And banish jealousy, hatred, disease & misery.
To sum up, good without evil amounts to the passivity of paradisal rest. Therefore it is disapproved by the three poets as against the divine plan. Man’s destiny lies in constant creative activity. Iqbal is categorical when he asserts:
When act performed is creative,
It’s virtuous, even if sinful.
The crux of the message of the three poets is that the creation of Adam is not a “‘wasteful effort. It must be clearly understood that under the divine plan man is still in the state of becoming. Rumi says man has taken millions and millions of centuries to evolve, from insect to plant, from plant to animal, and from animal to man. The evolution continues and through man’s ceaseless efforts he is bound to cross higher stages of life and presumably go beyond angels. Goethe also lays emphasis on the achievement of higher forms of life by man. Iqbal through the constant strengthening of “ego” expects man to become a co‑worker or rather a counsellor of the Divine Being in creating a more perfect universe. He hints that man would perhaps eventually democratize the arbitrary divine system, so much so that if a destiny is to be changed, action would be taken by God in consultation with and according to the will of man.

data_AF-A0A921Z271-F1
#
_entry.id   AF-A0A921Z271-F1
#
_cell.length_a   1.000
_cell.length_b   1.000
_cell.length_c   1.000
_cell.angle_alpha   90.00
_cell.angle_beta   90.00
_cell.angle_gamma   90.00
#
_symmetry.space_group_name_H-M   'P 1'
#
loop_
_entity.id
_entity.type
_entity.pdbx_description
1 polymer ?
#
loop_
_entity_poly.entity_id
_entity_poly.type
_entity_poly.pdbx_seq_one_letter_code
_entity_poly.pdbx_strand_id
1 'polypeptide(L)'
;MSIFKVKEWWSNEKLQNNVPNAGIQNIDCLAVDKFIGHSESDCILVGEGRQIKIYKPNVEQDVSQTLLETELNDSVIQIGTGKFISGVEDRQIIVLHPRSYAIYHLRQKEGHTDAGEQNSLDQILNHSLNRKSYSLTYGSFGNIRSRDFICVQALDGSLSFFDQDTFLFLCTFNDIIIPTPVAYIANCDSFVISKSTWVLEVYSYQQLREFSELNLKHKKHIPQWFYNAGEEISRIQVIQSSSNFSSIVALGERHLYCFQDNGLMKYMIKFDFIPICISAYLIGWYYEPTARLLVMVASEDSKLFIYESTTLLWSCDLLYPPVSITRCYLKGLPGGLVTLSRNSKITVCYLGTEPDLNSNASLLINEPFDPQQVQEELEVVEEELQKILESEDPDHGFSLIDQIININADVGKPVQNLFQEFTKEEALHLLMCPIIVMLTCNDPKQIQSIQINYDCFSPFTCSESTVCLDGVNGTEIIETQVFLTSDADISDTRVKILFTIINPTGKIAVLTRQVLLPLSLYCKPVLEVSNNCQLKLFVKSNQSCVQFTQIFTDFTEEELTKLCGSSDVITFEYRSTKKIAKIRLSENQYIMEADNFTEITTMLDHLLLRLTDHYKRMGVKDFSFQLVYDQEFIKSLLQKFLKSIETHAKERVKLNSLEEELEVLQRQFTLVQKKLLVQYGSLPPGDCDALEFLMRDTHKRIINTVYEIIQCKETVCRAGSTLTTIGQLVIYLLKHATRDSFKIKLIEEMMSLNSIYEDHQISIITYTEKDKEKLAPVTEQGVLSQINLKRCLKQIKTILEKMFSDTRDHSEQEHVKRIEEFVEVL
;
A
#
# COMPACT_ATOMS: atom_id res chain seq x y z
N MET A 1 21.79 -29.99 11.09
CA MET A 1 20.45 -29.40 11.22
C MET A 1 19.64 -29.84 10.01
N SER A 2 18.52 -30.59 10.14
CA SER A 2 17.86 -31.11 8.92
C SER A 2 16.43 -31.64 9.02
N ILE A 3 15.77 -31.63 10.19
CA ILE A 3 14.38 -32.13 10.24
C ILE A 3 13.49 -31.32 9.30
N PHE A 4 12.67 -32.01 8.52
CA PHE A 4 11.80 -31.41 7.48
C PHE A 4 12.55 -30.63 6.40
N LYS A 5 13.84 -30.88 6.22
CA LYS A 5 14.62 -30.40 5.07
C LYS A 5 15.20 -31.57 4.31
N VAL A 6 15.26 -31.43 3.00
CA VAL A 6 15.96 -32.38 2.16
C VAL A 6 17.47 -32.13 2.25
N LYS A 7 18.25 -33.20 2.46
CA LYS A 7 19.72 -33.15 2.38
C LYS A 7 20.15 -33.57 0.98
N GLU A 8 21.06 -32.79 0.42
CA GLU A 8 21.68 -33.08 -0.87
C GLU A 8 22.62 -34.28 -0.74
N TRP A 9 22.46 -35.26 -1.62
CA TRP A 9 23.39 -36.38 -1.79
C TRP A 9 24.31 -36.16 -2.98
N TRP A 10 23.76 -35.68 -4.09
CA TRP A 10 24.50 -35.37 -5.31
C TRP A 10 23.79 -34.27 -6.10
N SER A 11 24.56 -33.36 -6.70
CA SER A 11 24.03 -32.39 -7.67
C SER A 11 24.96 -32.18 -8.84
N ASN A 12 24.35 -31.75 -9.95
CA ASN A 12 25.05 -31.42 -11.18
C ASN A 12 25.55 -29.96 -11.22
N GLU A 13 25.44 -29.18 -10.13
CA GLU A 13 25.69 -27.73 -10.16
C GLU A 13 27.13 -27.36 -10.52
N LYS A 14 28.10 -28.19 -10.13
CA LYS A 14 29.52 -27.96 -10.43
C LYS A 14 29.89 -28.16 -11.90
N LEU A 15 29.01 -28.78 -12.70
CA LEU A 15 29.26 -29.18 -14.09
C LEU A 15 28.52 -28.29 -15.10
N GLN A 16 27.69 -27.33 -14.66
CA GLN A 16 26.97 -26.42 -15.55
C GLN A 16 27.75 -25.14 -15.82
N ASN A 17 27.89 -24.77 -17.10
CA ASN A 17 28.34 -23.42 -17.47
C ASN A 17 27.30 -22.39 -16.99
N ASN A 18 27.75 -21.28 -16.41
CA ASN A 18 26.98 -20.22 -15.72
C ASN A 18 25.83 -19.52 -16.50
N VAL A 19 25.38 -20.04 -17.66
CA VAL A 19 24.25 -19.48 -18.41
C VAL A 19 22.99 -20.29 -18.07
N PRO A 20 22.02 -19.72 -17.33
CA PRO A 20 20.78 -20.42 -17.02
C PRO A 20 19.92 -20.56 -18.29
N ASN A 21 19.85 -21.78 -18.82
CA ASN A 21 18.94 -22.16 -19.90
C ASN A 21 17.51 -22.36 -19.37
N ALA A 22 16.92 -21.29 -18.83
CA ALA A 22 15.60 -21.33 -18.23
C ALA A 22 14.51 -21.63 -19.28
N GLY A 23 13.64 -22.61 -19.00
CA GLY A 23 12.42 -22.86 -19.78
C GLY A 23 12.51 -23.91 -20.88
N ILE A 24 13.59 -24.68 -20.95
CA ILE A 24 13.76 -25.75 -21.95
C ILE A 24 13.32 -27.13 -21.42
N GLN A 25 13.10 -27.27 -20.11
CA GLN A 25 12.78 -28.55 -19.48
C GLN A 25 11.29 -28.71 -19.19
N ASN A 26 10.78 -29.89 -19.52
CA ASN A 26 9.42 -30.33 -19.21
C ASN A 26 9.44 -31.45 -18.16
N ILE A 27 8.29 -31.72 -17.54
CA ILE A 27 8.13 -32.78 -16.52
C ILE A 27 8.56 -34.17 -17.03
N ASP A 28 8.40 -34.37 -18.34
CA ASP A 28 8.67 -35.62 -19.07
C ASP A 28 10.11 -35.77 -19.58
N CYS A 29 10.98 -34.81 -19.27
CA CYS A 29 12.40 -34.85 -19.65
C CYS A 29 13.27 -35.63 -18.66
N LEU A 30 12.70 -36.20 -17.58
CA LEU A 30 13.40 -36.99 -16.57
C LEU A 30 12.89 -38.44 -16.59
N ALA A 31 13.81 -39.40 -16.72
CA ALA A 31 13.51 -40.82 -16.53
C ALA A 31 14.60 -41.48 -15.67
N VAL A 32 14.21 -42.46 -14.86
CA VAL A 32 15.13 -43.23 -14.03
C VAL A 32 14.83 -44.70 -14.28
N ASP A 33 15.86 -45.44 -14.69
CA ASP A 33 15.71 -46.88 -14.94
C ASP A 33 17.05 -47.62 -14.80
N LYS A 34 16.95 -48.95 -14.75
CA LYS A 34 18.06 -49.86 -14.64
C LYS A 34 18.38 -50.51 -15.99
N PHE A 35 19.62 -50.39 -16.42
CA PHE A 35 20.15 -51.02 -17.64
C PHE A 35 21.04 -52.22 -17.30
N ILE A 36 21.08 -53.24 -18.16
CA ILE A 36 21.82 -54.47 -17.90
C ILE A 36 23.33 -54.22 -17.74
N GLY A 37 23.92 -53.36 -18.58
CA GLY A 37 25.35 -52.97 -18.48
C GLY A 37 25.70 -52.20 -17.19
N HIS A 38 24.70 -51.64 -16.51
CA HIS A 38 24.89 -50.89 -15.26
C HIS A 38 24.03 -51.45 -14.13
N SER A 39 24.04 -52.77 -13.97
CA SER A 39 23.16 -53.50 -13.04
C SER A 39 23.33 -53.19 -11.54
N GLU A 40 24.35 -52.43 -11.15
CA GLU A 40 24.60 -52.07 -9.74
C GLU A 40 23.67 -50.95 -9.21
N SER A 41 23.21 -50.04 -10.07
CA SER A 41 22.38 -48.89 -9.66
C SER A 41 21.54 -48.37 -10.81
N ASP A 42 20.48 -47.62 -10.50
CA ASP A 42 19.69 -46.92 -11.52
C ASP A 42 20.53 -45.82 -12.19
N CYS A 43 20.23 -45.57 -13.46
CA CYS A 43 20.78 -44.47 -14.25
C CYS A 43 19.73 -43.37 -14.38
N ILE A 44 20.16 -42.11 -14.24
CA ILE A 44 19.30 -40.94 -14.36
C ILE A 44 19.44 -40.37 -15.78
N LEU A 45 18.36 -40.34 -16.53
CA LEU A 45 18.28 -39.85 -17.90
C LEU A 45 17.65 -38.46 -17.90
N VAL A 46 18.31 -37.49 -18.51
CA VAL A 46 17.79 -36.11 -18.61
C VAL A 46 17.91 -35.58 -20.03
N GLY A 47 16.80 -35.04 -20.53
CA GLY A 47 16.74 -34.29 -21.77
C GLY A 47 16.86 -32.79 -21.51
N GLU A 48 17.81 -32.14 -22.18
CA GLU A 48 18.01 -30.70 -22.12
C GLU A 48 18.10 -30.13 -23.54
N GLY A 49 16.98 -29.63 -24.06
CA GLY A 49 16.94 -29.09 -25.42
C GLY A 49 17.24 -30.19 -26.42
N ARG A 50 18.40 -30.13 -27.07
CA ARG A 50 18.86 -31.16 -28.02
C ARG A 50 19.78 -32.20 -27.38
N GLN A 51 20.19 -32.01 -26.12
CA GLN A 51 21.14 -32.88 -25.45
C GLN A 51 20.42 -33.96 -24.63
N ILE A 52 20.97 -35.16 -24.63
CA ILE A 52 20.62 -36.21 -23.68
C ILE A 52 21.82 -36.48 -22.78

However, this indeed would be the man of distant tomorrow, the aspiration of the triangular poets, who, with the assistance of the Devil, could go beyond good and evil. But he justifiably cannot be found today, as Rumi in his famous quatrain asserts:
An old man carrying a lamp,
Was seen wandering in the streets.
When asked: “What are you looking for?”
Replied: “I am sick and tired of the beasts,
And look for a real man.”
I said: “You can’t find him
Our search was in vain.”
“This is what I look for” he said,
“That which can’t be found.